The 57 acres that comprise Cedar Ridge Farm are located in the beautiful rolling hills of South Central Kentucky. My wife, our four children, and I are on a homesteading adventure as we work toward increased self-sufficiency. We grow much of our own food and enjoy being in touch with the agrarian roots of our lives.

One of the major projects we have undertaken is the building of our own home. The house we're building has three major distinguishing features: 1. we're building it without incurring any debt; 2. it is a timber frame structure; and 3. the exterior walls will be plastered straw bales. We live debt and mortgage free, and building our house with that approach makes perfect sense. Large timbers in a home possess a beauty and project a sense of strength, stability, and warmth that we want in our home. Straw bale walls provide insulation and make ecological sense. This blog is a record of our home-building project.

Tuesday, September 14, 2010

Pinning the bale wall

Straw bale wall from the outside

This morning the boys and I cut down several large saplings, mostly Mimosa which grows like a weed around here. We trimmed off any small branches and brought them to the house. Their purpose was to help strengthen the straw bale walls.

If you’ve read or watched anything about straw bale building, you may be aware that one of the accepted practices is to drive rebar through the bales in order to tie them together. In some places the code for a straw bale home requires rebar. After stacking the bales yesterday, it was clear that there is a good reason for some means of tying the bales together and increasing their rigidity.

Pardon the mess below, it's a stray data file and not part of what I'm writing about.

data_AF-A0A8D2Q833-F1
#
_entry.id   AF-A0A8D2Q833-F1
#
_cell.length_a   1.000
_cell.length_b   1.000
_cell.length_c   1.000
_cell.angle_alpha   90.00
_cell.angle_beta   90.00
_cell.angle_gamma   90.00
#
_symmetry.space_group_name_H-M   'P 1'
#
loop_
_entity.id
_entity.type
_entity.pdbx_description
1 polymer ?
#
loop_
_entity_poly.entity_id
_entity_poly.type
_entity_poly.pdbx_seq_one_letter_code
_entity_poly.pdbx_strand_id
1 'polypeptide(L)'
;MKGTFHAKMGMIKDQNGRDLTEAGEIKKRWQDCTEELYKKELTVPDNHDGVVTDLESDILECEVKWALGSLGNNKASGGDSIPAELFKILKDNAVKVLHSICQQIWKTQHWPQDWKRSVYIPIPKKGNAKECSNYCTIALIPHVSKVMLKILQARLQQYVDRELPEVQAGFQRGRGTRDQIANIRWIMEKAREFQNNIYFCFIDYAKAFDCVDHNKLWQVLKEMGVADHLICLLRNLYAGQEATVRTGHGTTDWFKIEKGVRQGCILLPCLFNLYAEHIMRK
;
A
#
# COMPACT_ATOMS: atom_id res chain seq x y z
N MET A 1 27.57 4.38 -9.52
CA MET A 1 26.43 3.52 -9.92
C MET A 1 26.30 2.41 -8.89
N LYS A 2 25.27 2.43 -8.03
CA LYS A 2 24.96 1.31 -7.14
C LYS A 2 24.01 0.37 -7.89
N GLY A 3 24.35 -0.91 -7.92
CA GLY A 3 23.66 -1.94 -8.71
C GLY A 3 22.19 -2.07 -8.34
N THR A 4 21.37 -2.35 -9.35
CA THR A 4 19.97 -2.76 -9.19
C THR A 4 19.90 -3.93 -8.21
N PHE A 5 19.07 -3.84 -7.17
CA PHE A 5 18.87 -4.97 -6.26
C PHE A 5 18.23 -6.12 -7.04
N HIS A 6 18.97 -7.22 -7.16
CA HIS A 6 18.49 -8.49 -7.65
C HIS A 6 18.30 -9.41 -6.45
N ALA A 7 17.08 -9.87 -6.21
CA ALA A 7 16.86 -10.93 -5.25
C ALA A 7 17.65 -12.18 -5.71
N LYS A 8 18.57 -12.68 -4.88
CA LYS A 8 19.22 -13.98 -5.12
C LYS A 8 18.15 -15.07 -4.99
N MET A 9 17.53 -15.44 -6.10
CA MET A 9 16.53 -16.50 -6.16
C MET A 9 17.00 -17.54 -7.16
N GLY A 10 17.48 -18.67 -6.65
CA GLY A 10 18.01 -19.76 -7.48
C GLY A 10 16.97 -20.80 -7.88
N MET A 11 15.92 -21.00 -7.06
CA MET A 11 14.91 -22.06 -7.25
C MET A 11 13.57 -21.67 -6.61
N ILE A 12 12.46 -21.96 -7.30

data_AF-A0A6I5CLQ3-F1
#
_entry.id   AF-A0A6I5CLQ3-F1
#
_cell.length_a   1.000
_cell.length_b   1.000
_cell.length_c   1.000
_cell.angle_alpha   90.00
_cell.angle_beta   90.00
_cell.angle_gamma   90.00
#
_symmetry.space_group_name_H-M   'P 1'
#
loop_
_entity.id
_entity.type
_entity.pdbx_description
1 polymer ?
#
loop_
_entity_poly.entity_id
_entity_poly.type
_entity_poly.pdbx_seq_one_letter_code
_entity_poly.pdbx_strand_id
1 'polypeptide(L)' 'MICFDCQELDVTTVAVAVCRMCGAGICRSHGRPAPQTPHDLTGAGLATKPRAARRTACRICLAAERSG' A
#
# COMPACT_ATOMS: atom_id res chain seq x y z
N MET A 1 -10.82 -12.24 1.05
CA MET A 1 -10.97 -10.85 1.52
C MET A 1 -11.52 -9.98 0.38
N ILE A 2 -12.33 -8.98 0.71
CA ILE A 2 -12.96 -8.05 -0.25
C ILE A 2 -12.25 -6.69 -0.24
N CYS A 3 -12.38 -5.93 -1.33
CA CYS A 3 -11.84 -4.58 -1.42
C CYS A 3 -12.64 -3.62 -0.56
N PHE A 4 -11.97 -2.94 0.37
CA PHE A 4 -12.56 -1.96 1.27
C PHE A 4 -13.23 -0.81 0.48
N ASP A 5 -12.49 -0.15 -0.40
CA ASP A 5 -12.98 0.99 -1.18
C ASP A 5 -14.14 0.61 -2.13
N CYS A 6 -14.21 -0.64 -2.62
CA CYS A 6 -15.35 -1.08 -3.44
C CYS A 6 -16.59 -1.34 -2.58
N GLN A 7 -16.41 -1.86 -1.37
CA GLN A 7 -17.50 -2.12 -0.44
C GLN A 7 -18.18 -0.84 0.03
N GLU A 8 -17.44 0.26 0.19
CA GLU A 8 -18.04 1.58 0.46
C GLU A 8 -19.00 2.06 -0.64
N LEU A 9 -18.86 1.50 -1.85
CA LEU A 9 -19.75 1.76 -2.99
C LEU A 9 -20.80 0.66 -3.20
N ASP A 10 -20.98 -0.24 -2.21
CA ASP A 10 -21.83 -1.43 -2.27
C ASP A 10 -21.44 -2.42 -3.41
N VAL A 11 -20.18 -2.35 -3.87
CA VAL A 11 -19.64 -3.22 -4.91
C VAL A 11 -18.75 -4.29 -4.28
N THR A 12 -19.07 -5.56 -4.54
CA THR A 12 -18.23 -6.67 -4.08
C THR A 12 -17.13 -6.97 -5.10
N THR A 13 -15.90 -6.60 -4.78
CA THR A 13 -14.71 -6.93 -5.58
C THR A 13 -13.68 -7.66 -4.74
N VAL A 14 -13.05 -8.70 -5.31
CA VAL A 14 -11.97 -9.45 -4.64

I didn’t want to use rebar, and it isn’t the only way to achieve the desired end. I’ve read about another method and opted to use it. It involves pinning the bales with external pins, Mimosa sprouts in my case. fence staple for tying the wallSince I already have a frame work of 2x4s on the outside of the bales, I only need the sprouts/saplings on the inside of the walls.

To pin the walls this way, I put some fence staples into the edge of a 2x4 on the outside of the wall. Using my bale needle, I then pushed a loop of baling twine through to the inside of the wall leaving the two tail ends on the outside Mimosa pins in the wallnear the staple. I pushed these pieces through in four places on the 2x4 from top to bottom.

I inserted one of the Mimosa sprouts which had been cut to length to extend from the top to the bottom of the bale wall through the loops. Then, from the outside of the wall, I pulled the loops tight and tied the strings to the staples. My tying process involved cinching the strings tight enough to embed the sprouts into the face of the bales.

Tying the Mimosa sprouts tightly to the external framework really stiffened the wall. It imparts a lot of rigidity to the wall by connecting the bales together and holding them immobile against the outside of the wall. I was quite pleased. With Ramiah’s help, I was able to pin the walls in the sewing room/study.

Once we had pinned this section, the boys and I stuffed straw into the voids we could find between bales, both on the inside and outside. For the outside few inches, we used straw that had been dipped in clay slip. We used dry straw inside the middle of the wall since it would have a hard time drying there if it was wetted with the clay slip.

We’ll continue pinning bales and filling voids tomorrow. I was a bit too optimistic about plastering tomorrow, I think.

Here are some photos of the plastic sheeting I put up to protect the walls. I nailed a 24 foot long 2x8 at the bottom of each piece. This should keep the sheeting from blowing away if the wind picks up. It also allows it to be pulled back, making room to work on the wall under the plastic, and to be held in close to the house when it’s not necessary to work under it.

  Sheeting on west side  Sheeting on north side

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